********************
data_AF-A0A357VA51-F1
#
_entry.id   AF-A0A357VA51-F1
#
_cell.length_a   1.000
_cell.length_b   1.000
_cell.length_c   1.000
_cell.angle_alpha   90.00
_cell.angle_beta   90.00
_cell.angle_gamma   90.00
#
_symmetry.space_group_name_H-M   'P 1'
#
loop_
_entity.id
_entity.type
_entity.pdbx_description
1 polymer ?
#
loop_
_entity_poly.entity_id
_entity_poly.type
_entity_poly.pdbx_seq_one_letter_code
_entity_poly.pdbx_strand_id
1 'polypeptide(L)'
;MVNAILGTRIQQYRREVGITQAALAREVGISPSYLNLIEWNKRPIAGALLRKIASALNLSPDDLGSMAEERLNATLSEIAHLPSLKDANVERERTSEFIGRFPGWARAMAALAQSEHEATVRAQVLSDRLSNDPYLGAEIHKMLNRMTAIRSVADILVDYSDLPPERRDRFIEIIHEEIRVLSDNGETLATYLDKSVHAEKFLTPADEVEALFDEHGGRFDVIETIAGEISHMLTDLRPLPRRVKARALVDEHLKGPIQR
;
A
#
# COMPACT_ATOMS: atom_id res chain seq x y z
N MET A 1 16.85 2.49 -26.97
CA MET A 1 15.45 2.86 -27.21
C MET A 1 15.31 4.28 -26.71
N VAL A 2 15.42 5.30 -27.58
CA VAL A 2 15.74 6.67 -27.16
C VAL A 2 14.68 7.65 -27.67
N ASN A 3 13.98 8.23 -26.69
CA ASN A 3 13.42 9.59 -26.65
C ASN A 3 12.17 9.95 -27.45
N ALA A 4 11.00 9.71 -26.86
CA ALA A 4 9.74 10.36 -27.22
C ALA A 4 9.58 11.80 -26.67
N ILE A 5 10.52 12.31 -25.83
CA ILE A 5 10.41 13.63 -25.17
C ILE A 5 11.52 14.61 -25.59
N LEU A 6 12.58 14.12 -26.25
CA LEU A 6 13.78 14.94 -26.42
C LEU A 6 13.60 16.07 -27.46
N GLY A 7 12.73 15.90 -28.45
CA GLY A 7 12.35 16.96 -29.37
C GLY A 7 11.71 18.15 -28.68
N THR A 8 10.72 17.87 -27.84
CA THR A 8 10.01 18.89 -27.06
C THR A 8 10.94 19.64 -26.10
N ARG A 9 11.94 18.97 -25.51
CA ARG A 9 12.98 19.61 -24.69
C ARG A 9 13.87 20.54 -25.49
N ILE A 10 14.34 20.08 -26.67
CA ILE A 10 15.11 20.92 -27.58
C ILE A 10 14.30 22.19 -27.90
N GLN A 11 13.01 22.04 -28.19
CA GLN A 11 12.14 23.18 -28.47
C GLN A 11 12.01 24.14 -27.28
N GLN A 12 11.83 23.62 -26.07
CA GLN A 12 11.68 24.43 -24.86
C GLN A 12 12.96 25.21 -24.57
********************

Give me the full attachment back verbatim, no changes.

data_AF-A0A357VA51-F1
#
_entry.id   AF-A0A357VA51-F1
#
_cell.length_a   1.000
_cell.length_b   1.000
_cell.length_c   1.000
_cell.angle_alpha   90.00
_cell.angle_beta   90.00
_cell.angle_gamma   90.00
#
_symmetry.space_group_name_H-M   'P 1'
#
loop_
_entity.id
_entity.type
_entity.pdbx_description
1 polymer ?
#
loop_
_entity_poly.entity_id
_entity_poly.type
_entity_poly.pdbx_seq_one_letter_code
_entity_poly.pdbx_strand_id
1 'polypeptide(L)'
;MVNAILGTRIQQYRREVGITQAALAREVGISPSYLNLIEWNKRPIAGALLRKIASALNLSPDDLGSMAEERLNATLSEIAHLPSLKDANVERERTSEFIGRFPGWARAMAALAQSEHEATVRAQVLSDRLSNDPYLGAEIHKMLNRMTAIRSVADILVDYSDLPPERRDRFIEIIHEEIRVLSDNGETLATYLDKSVHAEKFLTPADEVEALFDEHGGRFDVIETIAGEISHMLTDLRPLPRRVKARALVDEHLKGPIQR
;
A
#
# COMPACT_ATOMS: atom_id res chain seq x y z
N MET A 1 16.85 2.49 -26.97
CA MET A 1 15.45 2.86 -27.21
C MET A 1 15.31 4.28 -26.71
N VAL A 2 15.42 5.30 -27.58
CA VAL A 2 15.74 6.67 -27.16
C VAL A 2 14.68 7.65 -27.67
N ASN A 3 13.98 8.23 -26.69
CA ASN A 3 13.42 9.59 -26.65
C ASN A 3 12.17 9.95 -27.45
N ALA A 4 11.00 9.71 -26.86
CA ALA A 4 9.74 10.36 -27.22
C ALA A 4 9.58 11.80 -26.67
N ILE A 5 10.52 12.31 -25.83
CA ILE A 5 10.41 13.63 -25.17
C ILE A 5 11.52 14.61 -25.59
N LEU A 6 12.58 14.12 -26.25
CA LEU A 6 13.78 14.94 -26.42
C LEU A 6 13.60 16.07 -27.46
N GLY A 7 12.73 15.90 -28.45
CA GLY A 7 12.35 16.96 -29.37
C GLY A 7 11.71 18.15 -28.68
N THR A 8 10.72 17.87 -27.84
CA THR A 8 10.01 18.89 -27.06
C THR A 8 10.94 19.64 -26.10
N ARG A 9 11.94 18.97 -25.51
CA ARG A 9 12.98 19.61 -24.69
C ARG A 9 13.87 20.54 -25.49
N ILE A 10 14.34 20.08 -26.67
CA ILE A 10 15.11 20.92 -27.58
C ILE A 10 14.30 22.19 -27.90
N GLN A 11 13.01 22.04 -28.19
CA GLN A 11 12.14 23.18 -28.47
C GLN A 11 12.01 24.14 -27.28
N GLN A 12 11.83 23.62 -26.07
CA GLN A 12 11.68 24.43 -24.86
C GLN A 12 12.96 25.21 -24.57